cliffs west of inch beach dingle peninsula taken from the road with sea on the left

6. The Inch Conglomerate

This is a rare sedimentary rock type whose coarsest portion contains cobbles of metamorphic rocks gneiss and schist 1.38 to 3034 billion years old. The Inch Conglomerate sucession is exposed in the foreshore west of Inch beach beyond the defensive boulder wall at Coosarone.
the maharees tombola dingle peninsula Ireland stretching out to sea with beaches either side taken from high ground

7. Spits and Tombolas

The low lying narrow Maharees Peninsula is an excellent example of a tombola, a depositional landform in which a rocky island is connected to the mainland by a long narrow spit. The beaches along either side of the tombola show the complex patterns of recent sand deposition and erosion by both wind and marine currents. The limestone bedrock exposed only at the northern end (at Kilshannig) represents the youngest sedimentary bedrock seen in the Dingle Peninsula.
conor pass valley floor and lakes dingle peninsula Ireland

8. The Ice Age on the Dingle Peninsula

The climbing route on the north east of Mount Brandon from Cloghane brings you to a series of corries and lakes on the north-east side of Brandon Peak. The string of lakes are known as paternoster lakes. Ice from the corries fed the valley glacier below that flowed from south to north. The imposing east-facing cliffs of Mount Brandon are composed of sandstone beds and show the large and shallow folding of the lower Devonian Dingle Group Strata.
the conor pass dingle peninsula Ireland taken from pedlars lake looking down into owenmore valley

9. The Ice Age at Pedlar’s Lake

Lough Doon (locally known as Pedlar’s Lake) is a glacial corrie that was once full of ice that fed the Owenmore valley glacier.This location is accessed from a small car park beside the waterfall on Conor Pass and provides the most accessible place in the Dingle Peninsula to study glaciated mountain scenery. You can see the glacially striated rock lip of the corrie lake and boulder strewn moraines, a moraine-dammed lake and a kettle hole lake in the wide U shaped valley below.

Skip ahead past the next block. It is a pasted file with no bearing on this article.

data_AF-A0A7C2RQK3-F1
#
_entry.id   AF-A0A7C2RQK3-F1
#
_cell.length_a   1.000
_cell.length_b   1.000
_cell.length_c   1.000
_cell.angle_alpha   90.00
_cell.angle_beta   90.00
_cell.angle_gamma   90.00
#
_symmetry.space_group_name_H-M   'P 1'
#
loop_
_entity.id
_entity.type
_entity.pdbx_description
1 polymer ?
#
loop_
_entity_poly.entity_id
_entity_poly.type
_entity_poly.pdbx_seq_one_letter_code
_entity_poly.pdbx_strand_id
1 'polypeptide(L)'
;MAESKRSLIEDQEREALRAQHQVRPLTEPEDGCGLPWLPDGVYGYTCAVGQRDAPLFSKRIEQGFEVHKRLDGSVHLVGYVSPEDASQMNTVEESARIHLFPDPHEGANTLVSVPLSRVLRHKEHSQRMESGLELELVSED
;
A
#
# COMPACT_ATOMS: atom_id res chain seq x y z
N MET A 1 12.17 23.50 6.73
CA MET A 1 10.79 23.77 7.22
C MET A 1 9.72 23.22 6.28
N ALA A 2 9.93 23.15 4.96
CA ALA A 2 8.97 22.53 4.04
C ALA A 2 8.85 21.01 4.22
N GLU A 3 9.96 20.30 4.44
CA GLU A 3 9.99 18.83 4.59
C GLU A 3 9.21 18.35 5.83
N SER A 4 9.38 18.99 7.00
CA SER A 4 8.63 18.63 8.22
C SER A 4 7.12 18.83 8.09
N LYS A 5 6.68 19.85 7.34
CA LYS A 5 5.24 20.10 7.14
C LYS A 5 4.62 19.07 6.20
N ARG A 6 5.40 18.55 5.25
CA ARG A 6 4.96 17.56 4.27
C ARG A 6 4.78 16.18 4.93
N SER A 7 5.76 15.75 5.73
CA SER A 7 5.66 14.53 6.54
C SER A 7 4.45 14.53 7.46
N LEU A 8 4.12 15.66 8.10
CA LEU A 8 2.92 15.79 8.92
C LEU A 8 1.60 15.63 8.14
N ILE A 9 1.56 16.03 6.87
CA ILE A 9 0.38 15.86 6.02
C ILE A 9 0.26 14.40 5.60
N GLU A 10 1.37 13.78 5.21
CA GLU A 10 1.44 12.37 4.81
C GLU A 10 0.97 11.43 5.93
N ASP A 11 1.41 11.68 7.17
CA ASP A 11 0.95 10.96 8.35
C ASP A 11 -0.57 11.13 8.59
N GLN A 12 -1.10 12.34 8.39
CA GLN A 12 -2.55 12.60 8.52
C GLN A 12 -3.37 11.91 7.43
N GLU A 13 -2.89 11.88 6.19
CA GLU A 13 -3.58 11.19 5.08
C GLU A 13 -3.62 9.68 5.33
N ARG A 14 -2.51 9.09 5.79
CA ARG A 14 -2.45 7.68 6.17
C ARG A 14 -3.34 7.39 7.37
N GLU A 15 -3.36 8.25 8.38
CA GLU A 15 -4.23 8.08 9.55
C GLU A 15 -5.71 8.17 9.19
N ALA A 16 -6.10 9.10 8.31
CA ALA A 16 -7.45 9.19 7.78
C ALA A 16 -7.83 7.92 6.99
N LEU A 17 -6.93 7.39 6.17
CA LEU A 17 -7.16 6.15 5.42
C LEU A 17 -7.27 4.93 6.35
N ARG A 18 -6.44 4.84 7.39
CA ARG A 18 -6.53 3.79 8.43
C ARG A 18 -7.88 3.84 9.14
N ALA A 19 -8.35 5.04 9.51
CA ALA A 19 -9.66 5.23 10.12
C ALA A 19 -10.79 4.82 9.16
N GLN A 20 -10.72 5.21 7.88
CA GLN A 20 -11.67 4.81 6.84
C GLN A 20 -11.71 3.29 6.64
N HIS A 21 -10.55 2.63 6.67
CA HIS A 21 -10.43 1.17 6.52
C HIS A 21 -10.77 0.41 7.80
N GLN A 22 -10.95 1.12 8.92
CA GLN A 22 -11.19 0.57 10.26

stradbally beach dingle peninsula Ireland

10. Glacial deposits at Kilgobbin

The cliffs at Kilgobbin are composed of glacial till (boulder clay) that was deposited when the ice of the last Ice Age melted. By mapping bedrock one can determine the direction that glaciers and ice sheets flowed by looking at the rock types left behind in the glacial till. These were picked up by the ice as it passed over the bedrock.
cover of book titled geology of the Dingle Peninsula

More Information

Geological Survey Ireland (GSI) have launched a new field guide book and 1:50,000 geological map of the Dingle Peninsula  This beautifully produced 246 page full colour publication meticulously and engagingly guides the geologist and non-geologist through the sites of importance in the story of the Dingle Peninsula.  
Geology of the Dingle Peninsula – a field guide was written by two internationally renowned geologists, Emeritus Professor Ken Higgs, University College Cork, and Emeritus Professor Brian Williams, University of Aberdeen, both of whom have worked for many years in the area, and have taught and inspired many of their students on the beaches, coves and headlands of the Dingle Peninsula. The book is dedicated to Ralph Horne, former Assistant Director of Geological Survey Ireland, who contributed enormously to promoting the modern geological understanding of the Dingle Peninsula. Speaking at the launch Koen Verbruggen, GSI Director said, "This book is amazing, it captures the beauty of the Dingle Peninsula, the importance of the geology, and explains the origin and science of the rocks in a way that is accessible to both geologists and non-geologists."
Geological Survey Ireland was founded in 1845 to map the geology of Ireland and to gain an understanding of the mineral resources. Early mapping was carried out by people walking the length and breadth of the island, marking every rock on the newly produced Ordnance Survey 6-inch maps, making drawings, sketches, and detailed descriptions of the rocks. That early work is the basis of our work today but we now use boats, planes, drones and drills to enhance that knowledge.  GSI is part of the Department of Communications, Climate Action and Environment. The Dingle Peninsula was first mapped for the Geological Survey in the 1850s by George Victor Du Noyer. His maps are works of art as well as science.